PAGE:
I've asked members of my bicycle club to weigh in with dB levels.
Seems to me that the bikes and walkers would be less of a problem for the cattle than a freight train barreling through at 70 mph!
 

ahmorgan

Member
Messages
6
Points
0
http://www.earpdc.org/Menus/Documents/bikepedplan.pdf

Pages 17-20 have a survey taken by residents in Alabama who live adjacent to the Chief Ladiga RtT corridor. According to the results, very few respondents have had problems with trail users (about 10% or 8 out of 78) claim vandalism or theft to have occurred as a result of trail users), and the majority finds it to have improved the quality of life in their community.

Also, having biked on that trail many times, I've yet to see cattle mesmerized by my brief presence!
 

Veloise

Cyburbian
Messages
5,549
Points
27
Congrats, y'all are now immortalized on MLive.

One of my bike club members composed the longer-than-250 words reply. It was rejected as a letter to the editor, so I suggested he run spell-check and add as a comment. (Guess he didn't get the memo about aliases.)
 
Messages
11
Points
1
Sorry, but I have to agree with David on this. My reasons may be a little different. Although I tend to support the kind of efforts and planning of which Rails-to-Trails is a part, I don't think it's the first thing to consider when dealing with a railroad right- of-way.

I grew up in textile and tobacco country, where urban development grew with those industries and profoundly shaped by rail service. Many of the cities in that part of the U.S. have mulitple old corridors radiating outwards like wheel spokes. The trend in railroading has been one of consolidation or centralization, leaving many of these older lines - which often were built by competing companies that eventually consolidated through mergers - as redundant corridors that could be abandoned or partially abandoned.

Anyway, even though the idea is to preserve the corridor with an RTT, I haven't seen it really achieve that. Most are created with no intention to ever return the corridor to active rail service, because that is literally beyond the power of a single local government or even a single state government when dealing with major railroads - whose boundaries span mulitple geographic and political regions. Yet rail transportation is still really the best use for it. I'm not going to rant about the automobile here, but that's more or less the point I'm coming from. A disused corridor still represents a sizeable cost that was invested in order to move people and things around in volume - a cost that is often raised as an objection to the new construction of light rail or high speed rail.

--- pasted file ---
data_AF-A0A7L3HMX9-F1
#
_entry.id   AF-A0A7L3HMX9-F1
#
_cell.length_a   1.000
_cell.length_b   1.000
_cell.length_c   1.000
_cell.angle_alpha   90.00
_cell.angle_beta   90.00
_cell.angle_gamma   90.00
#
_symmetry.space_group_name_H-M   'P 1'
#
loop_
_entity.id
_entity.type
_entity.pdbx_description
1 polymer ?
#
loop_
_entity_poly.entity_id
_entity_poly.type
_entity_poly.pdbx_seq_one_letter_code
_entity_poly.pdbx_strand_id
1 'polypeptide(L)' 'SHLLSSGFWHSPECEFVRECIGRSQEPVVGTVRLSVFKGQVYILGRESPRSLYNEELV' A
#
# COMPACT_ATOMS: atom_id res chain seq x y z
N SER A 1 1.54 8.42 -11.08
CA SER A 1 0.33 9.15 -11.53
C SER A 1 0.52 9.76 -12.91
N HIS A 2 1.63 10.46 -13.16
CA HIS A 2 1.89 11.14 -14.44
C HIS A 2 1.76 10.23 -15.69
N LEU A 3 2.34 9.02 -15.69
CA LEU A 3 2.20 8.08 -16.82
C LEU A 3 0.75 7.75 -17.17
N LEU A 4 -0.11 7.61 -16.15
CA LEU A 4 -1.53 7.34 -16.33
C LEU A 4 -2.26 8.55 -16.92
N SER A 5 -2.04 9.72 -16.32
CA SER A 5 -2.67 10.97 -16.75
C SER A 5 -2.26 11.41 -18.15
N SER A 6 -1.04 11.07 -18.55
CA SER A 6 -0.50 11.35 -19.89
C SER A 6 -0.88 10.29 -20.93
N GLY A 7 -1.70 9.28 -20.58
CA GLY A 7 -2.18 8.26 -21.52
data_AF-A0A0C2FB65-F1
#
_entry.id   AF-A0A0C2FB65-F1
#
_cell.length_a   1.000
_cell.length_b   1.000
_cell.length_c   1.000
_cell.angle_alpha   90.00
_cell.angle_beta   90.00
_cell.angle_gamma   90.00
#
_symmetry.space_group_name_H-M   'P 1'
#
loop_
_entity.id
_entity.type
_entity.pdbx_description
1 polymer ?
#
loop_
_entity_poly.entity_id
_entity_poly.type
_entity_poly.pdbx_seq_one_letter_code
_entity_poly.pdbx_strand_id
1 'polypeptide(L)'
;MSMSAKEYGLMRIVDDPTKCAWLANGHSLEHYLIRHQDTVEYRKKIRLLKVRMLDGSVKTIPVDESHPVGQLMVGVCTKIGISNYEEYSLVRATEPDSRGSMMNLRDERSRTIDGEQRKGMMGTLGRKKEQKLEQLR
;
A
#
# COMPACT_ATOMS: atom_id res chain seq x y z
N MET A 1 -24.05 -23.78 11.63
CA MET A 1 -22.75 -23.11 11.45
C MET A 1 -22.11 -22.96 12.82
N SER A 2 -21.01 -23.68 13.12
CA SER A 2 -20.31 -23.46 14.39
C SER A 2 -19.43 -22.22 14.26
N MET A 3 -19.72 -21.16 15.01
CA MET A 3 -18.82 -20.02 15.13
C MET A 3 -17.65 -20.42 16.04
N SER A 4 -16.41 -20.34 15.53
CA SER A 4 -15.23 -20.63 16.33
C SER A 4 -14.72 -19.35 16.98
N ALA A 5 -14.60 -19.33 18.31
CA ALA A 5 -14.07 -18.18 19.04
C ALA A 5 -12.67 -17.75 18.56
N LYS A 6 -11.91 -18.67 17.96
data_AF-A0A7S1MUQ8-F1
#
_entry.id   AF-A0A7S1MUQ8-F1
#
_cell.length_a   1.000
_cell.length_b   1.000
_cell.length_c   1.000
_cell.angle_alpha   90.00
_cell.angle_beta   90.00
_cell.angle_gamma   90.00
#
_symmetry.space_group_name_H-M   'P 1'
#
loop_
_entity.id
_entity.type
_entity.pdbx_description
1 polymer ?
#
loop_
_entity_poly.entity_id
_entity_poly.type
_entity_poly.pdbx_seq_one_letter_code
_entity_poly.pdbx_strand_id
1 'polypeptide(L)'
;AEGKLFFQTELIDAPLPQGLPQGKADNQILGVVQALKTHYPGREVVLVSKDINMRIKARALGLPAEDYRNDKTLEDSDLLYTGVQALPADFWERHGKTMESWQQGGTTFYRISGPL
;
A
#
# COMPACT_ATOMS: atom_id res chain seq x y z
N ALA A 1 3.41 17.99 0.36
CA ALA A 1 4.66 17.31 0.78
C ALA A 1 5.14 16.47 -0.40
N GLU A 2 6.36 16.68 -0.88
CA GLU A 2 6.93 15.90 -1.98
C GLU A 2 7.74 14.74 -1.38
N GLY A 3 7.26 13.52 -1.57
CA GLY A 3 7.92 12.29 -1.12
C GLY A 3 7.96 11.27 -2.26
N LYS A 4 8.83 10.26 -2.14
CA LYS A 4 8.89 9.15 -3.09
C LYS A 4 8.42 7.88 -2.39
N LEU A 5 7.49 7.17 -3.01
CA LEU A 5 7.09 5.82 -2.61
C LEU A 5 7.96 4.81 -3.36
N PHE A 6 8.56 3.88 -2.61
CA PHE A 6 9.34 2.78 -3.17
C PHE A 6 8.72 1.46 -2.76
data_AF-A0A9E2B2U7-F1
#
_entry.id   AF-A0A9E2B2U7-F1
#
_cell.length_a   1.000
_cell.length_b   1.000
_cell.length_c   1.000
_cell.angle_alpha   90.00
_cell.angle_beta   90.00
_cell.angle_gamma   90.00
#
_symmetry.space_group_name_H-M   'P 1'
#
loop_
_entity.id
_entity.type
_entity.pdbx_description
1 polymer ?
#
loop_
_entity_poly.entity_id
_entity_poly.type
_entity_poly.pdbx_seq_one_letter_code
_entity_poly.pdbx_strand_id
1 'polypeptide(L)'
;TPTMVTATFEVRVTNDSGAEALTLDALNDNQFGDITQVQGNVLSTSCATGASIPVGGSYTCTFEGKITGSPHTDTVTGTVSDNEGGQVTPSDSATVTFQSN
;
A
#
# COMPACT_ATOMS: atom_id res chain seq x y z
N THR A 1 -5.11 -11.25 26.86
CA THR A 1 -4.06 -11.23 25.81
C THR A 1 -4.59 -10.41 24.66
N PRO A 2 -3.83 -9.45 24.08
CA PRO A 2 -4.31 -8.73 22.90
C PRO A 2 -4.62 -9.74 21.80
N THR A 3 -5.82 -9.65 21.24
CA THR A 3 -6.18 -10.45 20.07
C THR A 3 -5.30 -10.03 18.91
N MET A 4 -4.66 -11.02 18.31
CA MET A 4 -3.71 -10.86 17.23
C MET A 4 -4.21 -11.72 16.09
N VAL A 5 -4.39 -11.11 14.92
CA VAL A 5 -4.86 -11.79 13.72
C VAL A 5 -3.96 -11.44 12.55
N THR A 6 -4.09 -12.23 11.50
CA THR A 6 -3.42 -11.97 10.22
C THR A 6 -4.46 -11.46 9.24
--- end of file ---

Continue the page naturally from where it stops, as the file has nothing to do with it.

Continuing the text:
It's far more valuable as a part of mass transportation infrastructure than for recreation. I'm not talking about fast transit on the "high iron," here - although I suppose some could be used for that - but rather for retaining what could become feeder lines or the skeletal basis of local light rail. Particularly in urban areas that, depending on the winds of politics, could be nodes on a high speed line.

It may be that trucking companies stand to benefit by stifling their competition, but almost certainly the state highway department does. I know I'm biased, but DOTs are money machines. That is, the money is pavement-oriented and politically entrenched.

I'm on the verge of ranting so.... this is where I get off. :)
 

oldgrowthpoet

Member
Messages
2
Points
0
We have this kind of program implemented in my town. It appears that some programs are using inactive rail lines, while ours is along a still active rail line (segregated by a chain link fence).

The program was designed to run the length of the city as the backbone of a cycling network.

Now here is the problem - the city built the program in phases and the first half has been completed. The company that owns the rail line came back during phase two to complete this trail and walked away from the deal citing liability issues (there have been vandalism problems with the trail that has been costly and extensive).

Anyways, now our city as half a rails with trails network and a legal problem. I think the vandalism problem is obviously due to the fact that these trails are usually tucked in the backside of adjacent development (out of sight, out of mind).

I'm of the opinion that cyclists are probably better suited on roads than near rail lines with their own space. On the positive side, our city is thinking about leaving the line available for use for ground level mass transit in the distant future if growth continues.

Here is an article that details the issues with our rails with trials.